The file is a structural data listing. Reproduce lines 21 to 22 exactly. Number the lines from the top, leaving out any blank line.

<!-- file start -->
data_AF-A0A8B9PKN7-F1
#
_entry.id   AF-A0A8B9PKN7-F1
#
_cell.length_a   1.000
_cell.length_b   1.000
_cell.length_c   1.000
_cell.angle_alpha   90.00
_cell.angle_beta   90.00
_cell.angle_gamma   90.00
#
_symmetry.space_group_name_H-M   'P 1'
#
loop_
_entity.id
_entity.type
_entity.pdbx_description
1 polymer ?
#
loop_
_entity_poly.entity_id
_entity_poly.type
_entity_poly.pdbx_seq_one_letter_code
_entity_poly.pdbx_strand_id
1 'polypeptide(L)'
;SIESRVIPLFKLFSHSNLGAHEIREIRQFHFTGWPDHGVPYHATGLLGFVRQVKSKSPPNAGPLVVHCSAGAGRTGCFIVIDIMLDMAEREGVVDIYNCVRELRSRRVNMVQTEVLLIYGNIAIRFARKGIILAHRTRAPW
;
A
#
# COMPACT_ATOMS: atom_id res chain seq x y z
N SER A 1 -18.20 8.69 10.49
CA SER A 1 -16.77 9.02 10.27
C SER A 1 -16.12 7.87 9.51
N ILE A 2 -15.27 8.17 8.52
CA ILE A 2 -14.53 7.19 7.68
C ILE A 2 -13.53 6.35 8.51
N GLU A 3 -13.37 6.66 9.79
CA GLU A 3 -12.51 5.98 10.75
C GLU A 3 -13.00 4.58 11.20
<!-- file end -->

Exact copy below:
_entity_poly.entity_id
_entity_poly.type